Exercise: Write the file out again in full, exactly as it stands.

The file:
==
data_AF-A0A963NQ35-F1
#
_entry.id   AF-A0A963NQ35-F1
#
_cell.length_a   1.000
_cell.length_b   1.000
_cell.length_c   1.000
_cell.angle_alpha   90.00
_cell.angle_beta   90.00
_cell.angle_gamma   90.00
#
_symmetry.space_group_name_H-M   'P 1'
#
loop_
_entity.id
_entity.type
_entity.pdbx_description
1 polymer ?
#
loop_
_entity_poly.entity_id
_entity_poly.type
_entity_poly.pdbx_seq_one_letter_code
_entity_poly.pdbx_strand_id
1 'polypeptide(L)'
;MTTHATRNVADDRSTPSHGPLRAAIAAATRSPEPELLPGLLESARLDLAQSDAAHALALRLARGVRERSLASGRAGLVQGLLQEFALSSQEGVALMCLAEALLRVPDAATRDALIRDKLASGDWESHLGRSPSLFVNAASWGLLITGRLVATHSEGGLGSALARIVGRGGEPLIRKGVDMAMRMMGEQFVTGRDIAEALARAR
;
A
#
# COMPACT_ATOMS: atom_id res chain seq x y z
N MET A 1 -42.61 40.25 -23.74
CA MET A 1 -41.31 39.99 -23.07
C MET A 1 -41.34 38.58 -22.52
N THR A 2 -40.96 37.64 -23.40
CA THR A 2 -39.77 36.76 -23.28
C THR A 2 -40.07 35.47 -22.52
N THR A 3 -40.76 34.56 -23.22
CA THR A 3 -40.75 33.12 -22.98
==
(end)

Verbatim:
data_AF-A0A963NQ35-F1
#
_entry.id   AF-A0A963NQ35-F1
#
_cell.length_a   1.000
_cell.length_b   1.000
_cell.length_c   1.000
_cell.angle_alpha   90.00
_cell.angle_beta   90.00
_cell.angle_gamma   90.00
#
_symmetry.space_group_name_H-M   'P 1'
#
loop_
_entity.id
_entity.type
_entity.pdbx_description
1 polymer ?
#
loop_
_entity_poly.entity_id
_entity_poly.type
_entity_poly.pdbx_seq_one_letter_code
_entity_poly.pdbx_strand_id
1 'polypeptide(L)'
;MTTHATRNVADDRSTPSHGPLRAAIAAATRSPEPELLPGLLESARLDLAQSDAAHALALRLARGVRERSLASGRAGLVQGLLQEFALSSQEGVALMCLAEALLRVPDAATRDALIRDKLASGDWESHLGRSPSLFVNAASWGLLITGRLVATHSEGGLGSALARIVGRGGEPLIRKGVDMAMRMMGEQFVTGRDIAEALARAR
;
A
#
# COMPACT_ATOMS: atom_id res chain seq x y z
N MET A 1 -42.61 40.25 -23.74
CA MET A 1 -41.31 39.99 -23.07
C MET A 1 -41.34 38.58 -22.52
N THR A 2 -40.96 37.64 -23.40
CA THR A 2 -39.77 36.76 -23.28
C THR A 2 -40.07 35.47 -22.52
N THR A 3 -40.76 34.56 -23.22
CA THR A 3 -40.75 33.12 -22.98